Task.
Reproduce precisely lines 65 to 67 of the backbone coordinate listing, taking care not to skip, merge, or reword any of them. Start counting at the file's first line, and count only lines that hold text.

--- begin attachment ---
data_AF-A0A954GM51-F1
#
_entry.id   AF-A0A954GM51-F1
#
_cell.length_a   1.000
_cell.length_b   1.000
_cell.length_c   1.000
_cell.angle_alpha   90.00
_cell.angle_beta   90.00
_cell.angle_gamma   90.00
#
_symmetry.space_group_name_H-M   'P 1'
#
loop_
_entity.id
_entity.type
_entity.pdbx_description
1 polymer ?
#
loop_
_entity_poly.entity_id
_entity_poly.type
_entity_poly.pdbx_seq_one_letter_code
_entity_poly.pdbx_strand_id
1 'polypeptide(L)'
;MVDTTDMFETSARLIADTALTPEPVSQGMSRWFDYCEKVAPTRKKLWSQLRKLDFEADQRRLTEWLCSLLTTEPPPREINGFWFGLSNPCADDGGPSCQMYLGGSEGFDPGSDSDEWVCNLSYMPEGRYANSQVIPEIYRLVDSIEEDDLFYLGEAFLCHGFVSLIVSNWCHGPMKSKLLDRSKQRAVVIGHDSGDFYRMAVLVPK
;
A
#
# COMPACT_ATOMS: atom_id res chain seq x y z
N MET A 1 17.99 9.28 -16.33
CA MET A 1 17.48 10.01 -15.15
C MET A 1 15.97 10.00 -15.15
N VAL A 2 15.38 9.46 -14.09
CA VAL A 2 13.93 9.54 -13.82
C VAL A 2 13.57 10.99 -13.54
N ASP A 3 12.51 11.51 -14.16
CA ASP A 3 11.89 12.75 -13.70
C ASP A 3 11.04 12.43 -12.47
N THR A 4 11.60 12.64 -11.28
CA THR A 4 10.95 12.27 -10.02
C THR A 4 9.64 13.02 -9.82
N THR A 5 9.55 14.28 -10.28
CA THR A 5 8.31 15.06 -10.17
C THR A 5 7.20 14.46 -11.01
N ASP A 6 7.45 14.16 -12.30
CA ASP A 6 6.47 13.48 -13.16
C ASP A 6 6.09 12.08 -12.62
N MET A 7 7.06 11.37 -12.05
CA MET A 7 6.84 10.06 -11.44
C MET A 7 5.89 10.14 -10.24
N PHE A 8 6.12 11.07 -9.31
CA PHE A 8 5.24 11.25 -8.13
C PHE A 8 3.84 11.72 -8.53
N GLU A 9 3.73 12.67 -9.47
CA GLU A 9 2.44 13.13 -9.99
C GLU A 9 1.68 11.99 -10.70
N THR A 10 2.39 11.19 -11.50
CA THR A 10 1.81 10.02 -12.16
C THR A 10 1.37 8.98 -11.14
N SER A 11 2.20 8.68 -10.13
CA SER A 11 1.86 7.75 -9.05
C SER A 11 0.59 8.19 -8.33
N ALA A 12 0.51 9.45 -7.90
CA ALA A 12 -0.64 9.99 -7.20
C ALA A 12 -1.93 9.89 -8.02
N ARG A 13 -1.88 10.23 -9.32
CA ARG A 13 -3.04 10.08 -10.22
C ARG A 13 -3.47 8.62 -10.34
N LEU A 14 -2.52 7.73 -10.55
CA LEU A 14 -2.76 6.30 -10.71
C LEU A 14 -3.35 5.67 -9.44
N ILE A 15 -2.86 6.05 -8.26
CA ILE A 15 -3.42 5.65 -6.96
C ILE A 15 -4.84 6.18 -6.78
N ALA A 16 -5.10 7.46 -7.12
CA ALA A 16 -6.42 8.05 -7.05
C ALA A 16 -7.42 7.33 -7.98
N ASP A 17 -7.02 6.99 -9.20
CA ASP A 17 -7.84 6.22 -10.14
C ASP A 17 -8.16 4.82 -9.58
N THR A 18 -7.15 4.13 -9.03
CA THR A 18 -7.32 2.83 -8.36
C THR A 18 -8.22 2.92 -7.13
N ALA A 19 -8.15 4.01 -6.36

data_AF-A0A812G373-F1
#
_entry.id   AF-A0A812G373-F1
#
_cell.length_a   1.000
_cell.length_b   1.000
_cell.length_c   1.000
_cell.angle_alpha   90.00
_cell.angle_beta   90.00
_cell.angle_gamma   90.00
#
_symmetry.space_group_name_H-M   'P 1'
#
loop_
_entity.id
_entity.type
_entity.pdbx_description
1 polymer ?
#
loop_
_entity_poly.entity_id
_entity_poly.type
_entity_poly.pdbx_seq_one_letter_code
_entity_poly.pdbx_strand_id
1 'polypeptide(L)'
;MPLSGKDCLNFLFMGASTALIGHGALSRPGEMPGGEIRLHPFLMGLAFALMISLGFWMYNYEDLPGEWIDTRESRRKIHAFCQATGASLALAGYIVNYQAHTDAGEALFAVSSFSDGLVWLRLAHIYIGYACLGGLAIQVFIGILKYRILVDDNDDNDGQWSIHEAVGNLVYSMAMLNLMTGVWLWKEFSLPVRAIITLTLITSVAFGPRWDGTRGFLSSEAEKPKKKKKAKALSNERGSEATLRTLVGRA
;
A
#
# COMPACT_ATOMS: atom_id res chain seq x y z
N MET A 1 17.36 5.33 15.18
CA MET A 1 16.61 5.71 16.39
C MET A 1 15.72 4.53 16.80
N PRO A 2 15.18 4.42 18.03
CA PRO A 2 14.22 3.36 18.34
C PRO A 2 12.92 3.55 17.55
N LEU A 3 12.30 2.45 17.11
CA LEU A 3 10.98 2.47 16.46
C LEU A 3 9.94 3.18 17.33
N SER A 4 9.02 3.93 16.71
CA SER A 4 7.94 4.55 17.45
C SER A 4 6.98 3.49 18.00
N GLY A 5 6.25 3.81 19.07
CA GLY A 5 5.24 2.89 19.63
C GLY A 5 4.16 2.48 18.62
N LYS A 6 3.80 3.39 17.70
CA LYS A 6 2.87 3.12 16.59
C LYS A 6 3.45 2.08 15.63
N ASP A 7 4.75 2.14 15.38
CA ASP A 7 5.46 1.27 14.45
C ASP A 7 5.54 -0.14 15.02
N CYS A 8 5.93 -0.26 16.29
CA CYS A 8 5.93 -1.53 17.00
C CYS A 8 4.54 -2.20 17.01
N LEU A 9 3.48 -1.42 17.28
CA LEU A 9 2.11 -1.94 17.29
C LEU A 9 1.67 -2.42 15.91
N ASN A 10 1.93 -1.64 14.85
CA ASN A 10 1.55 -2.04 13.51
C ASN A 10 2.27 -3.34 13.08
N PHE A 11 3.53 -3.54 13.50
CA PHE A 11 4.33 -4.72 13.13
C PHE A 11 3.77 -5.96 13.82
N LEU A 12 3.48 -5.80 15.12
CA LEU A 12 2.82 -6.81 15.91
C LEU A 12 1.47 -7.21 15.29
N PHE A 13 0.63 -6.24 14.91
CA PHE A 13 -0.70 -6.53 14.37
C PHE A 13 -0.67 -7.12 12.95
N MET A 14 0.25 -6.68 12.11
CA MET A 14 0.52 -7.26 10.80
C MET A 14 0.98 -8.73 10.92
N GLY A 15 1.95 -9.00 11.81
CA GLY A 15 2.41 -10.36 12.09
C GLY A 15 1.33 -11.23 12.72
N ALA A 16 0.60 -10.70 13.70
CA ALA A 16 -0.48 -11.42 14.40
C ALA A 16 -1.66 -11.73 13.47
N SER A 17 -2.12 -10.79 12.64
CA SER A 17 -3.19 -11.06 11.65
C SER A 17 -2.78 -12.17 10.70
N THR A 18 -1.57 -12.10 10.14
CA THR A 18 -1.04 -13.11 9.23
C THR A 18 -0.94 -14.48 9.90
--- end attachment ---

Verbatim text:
CA ALA A 12 -0.64 9.99 -7.20
C ALA A 12 -1.93 9.89 -8.02
N ARG A 13 -1.88 10.23 -9.32